, Volume 299, Issue 2, pp 389-401
Date: 18 Nov 2012

Stylar polymorphism, reciprocity and incompatibility systems in Nymphoides montana (Menyanthaceae) endemic to southeastern Australia

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Abstract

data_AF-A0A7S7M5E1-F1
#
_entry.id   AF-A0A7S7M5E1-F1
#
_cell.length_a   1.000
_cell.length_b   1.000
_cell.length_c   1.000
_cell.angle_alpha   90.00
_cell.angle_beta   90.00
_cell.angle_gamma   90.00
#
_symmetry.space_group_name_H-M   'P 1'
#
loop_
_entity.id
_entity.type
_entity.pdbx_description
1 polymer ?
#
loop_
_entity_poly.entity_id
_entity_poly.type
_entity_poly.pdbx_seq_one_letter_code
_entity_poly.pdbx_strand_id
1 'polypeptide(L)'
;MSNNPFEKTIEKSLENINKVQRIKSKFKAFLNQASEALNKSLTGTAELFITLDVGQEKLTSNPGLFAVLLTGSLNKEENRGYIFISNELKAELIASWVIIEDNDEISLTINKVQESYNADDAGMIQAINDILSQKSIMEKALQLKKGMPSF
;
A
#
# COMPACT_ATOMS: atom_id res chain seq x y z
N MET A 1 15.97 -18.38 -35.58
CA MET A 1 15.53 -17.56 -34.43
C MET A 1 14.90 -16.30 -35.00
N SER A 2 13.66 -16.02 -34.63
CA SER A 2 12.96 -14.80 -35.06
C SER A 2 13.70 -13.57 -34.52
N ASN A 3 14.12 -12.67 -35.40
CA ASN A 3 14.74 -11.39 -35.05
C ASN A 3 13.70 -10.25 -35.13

Heterostyly is a stylar polymorphism that has been shaped by the evolution of floral characters adapted for efficient pollen transfer. Different types of stylar polymorphism are described in which the discrete characterization of the exact polymorphic type (e.g., distyly vs. stigma-height dimorphism) requires detailed floral measurements (e.g., sex-organ reciprocity). In clonal and aquatic Nymphoides montana, although the presence of two floral morphs that contain styles of two lengths has been previously reported, no studies have quantitatively estimated the level of reciprocity and/or described the stylar condition. Morphological variations and incompatibility relationships were explored between the two morphs in three southeastern Australian populations. In this study, one population is characterized as stigma-height dimorphism (i.e., two morphs with discrete variation in stigma height but little variation in anther height), whereas the other two populations are typical distylous (i.e., two morphs for reciprocal stigma and anther height). Nymphoides montana is dimorphic in a wide range of ancillary characters, including corolla size, stigma size, shape and papillae morphology, and pollen size, number and exine sculpture. Following glasshouse pollinations, full incompatibility systems were observed in the distylous populations, whereas the stigma-height dimorphic population showed between-morph variation in the extent of incompatibility. Despite the variation in sex-organ reciprocity and incompatibility, other lines of evidence appear to assure the maintenance of the stylar polymorphism in the N. montana study populations. All populations are nearly isoplethic (i.e., both morphs in equal frequencies), which is indicative of balanced polymorphisms that appear to be maintained by legitimate pollen transfer between the morphs.